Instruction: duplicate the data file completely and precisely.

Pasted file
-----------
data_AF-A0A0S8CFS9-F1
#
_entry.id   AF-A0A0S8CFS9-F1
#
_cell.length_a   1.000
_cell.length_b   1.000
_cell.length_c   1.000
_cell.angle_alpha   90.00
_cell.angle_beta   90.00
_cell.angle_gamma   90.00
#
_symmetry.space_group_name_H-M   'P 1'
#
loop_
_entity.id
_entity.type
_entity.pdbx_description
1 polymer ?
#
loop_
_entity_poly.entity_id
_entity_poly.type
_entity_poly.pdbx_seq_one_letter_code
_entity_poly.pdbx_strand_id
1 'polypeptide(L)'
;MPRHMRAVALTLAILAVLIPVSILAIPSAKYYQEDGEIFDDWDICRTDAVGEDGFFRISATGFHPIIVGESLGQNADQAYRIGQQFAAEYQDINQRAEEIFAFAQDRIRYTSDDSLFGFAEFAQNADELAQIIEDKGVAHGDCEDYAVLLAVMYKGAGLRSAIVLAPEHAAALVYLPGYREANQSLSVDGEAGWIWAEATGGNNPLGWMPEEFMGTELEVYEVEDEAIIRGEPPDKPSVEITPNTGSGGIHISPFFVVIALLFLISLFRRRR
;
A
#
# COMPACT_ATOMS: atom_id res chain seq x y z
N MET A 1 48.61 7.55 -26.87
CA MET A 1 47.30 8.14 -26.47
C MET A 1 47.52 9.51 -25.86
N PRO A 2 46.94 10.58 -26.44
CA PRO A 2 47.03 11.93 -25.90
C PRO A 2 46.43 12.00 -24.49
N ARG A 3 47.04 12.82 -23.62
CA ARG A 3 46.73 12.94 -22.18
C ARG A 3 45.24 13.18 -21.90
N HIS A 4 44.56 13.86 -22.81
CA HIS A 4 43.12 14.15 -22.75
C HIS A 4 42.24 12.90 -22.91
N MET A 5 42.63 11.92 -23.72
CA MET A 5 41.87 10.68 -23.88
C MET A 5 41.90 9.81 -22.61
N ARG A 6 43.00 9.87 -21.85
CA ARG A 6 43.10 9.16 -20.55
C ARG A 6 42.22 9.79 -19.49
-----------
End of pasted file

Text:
data_AF-A0A0S8CFS9-F1
#
_entry.id   AF-A0A0S8CFS9-F1
#
_cell.length_a   1.000
_cell.length_b   1.000
_cell.length_c   1.000
_cell.angle_alpha   90.00
_cell.angle_beta   90.00
_cell.angle_gamma   90.00
#
_symmetry.space_group_name_H-M   'P 1'
#
loop_
_entity.id
_entity.type
_entity.pdbx_description
1 polymer ?
#
loop_
_entity_poly.entity_id
_entity_poly.type
_entity_poly.pdbx_seq_one_letter_code
_entity_poly.pdbx_strand_id
1 'polypeptide(L)'
;MPRHMRAVALTLAILAVLIPVSILAIPSAKYYQEDGEIFDDWDICRTDAVGEDGFFRISATGFHPIIVGESLGQNADQAYRIGQQFAAEYQDINQRAEEIFAFAQDRIRYTSDDSLFGFAEFAQNADELAQIIEDKGVAHGDCEDYAVLLAVMYKGAGLRSAIVLAPEHAAALVYLPGYREANQSLSVDGEAGWIWAEATGGNNPLGWMPEEFMGTELEVYEVEDEAIIRGEPPDKPSVEITPNTGSGGIHISPFFVVIALLFLISLFRRRR
;
A
#
# COMPACT_ATOMS: atom_id res chain seq x y z
N MET A 1 48.61 7.55 -26.87
CA MET A 1 47.30 8.14 -26.47
C MET A 1 47.52 9.51 -25.86
N PRO A 2 46.94 10.58 -26.44
CA PRO A 2 47.03 11.93 -25.90
C PRO A 2 46.43 12.00 -24.49
N ARG A 3 47.04 12.82 -23.62
CA ARG A 3 46.73 12.94 -22.18
C ARG A 3 45.24 13.18 -21.90
N HIS A 4 44.56 13.86 -22.81
CA HIS A 4 43.12 14.15 -22.75
C HIS A 4 42.24 12.90 -22.91
N MET A 5 42.63 11.92 -23.72
CA MET A 5 41.87 10.68 -23.88
C MET A 5 41.90 9.81 -22.61
N ARG A 6 43.00 9.87 -21.85
CA ARG A 6 43.10 9.16 -20.55
C ARG A 6 42.22 9.79 -19.49